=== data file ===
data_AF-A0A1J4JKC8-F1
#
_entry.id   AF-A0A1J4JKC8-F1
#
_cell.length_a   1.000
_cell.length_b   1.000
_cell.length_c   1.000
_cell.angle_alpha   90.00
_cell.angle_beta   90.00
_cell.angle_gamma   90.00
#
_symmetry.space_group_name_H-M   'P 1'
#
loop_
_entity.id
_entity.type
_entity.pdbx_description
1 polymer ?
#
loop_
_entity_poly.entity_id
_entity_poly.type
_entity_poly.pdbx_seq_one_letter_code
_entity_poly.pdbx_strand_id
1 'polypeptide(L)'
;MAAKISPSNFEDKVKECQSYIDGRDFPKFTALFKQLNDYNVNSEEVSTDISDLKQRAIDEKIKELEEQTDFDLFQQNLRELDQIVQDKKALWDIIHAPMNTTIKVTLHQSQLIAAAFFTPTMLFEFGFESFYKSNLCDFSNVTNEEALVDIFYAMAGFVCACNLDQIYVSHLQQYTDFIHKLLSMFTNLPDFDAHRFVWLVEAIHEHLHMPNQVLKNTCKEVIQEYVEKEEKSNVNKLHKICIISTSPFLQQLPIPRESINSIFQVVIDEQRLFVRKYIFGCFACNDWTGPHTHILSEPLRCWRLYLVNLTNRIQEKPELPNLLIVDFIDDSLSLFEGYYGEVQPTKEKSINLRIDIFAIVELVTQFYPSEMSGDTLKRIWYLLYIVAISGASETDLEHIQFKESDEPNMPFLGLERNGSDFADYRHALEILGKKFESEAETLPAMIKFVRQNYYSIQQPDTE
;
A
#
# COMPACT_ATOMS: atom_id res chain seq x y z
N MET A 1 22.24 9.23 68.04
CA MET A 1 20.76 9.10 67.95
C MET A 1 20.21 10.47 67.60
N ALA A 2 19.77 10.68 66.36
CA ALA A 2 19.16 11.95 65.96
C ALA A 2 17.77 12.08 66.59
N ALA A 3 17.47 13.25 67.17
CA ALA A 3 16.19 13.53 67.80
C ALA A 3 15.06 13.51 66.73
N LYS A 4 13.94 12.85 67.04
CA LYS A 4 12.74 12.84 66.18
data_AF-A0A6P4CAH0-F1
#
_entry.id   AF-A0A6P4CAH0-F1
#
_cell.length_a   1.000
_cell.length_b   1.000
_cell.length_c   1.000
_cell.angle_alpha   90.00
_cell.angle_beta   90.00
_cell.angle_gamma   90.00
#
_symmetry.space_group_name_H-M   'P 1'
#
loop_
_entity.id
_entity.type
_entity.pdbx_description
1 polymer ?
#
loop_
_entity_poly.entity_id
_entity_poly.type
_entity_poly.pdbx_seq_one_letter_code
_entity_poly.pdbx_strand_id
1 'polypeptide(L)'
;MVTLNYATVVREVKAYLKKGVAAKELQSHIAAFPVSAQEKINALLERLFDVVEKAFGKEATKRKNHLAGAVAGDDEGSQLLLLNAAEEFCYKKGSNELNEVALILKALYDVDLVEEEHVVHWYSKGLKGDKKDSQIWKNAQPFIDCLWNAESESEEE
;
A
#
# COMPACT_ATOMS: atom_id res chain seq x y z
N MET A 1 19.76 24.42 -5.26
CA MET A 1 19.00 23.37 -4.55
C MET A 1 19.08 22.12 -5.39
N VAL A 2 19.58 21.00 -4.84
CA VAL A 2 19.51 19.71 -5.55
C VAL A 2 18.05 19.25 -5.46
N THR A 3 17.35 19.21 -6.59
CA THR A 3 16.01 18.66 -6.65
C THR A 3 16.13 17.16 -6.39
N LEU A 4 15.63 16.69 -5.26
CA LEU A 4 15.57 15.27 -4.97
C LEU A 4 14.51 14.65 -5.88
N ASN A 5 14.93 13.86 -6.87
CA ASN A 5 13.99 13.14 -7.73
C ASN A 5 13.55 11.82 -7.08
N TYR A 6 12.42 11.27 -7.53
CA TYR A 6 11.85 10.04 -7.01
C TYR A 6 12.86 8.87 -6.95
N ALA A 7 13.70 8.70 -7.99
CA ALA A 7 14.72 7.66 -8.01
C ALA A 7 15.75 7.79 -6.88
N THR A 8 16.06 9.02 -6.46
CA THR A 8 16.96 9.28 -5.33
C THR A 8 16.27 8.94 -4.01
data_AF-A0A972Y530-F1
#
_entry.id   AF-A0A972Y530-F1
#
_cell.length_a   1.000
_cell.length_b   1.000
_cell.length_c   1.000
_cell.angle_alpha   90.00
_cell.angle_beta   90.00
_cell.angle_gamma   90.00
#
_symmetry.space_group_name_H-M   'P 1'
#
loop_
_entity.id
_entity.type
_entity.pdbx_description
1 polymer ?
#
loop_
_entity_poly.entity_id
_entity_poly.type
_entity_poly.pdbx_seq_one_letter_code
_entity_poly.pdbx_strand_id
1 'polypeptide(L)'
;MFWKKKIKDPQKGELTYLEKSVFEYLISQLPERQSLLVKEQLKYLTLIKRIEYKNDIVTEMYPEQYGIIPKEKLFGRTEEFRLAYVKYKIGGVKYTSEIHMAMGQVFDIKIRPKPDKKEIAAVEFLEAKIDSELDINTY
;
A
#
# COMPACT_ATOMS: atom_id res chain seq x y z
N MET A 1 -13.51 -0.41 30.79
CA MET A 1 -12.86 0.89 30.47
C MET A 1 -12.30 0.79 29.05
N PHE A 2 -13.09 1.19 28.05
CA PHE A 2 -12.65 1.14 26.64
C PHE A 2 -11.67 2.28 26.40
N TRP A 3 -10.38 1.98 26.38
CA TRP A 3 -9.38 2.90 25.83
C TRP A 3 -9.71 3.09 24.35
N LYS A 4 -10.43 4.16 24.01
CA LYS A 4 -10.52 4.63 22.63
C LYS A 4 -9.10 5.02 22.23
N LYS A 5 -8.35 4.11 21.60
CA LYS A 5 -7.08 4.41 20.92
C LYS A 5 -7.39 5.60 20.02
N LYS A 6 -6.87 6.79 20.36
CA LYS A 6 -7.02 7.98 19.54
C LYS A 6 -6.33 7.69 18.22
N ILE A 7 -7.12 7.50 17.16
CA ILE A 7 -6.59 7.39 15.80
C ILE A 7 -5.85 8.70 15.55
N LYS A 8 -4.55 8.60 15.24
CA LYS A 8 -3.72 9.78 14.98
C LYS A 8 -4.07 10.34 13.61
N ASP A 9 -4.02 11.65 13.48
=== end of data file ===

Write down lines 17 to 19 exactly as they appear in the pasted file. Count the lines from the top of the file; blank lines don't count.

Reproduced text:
_entity.pdbx_description
1 polymer ?
#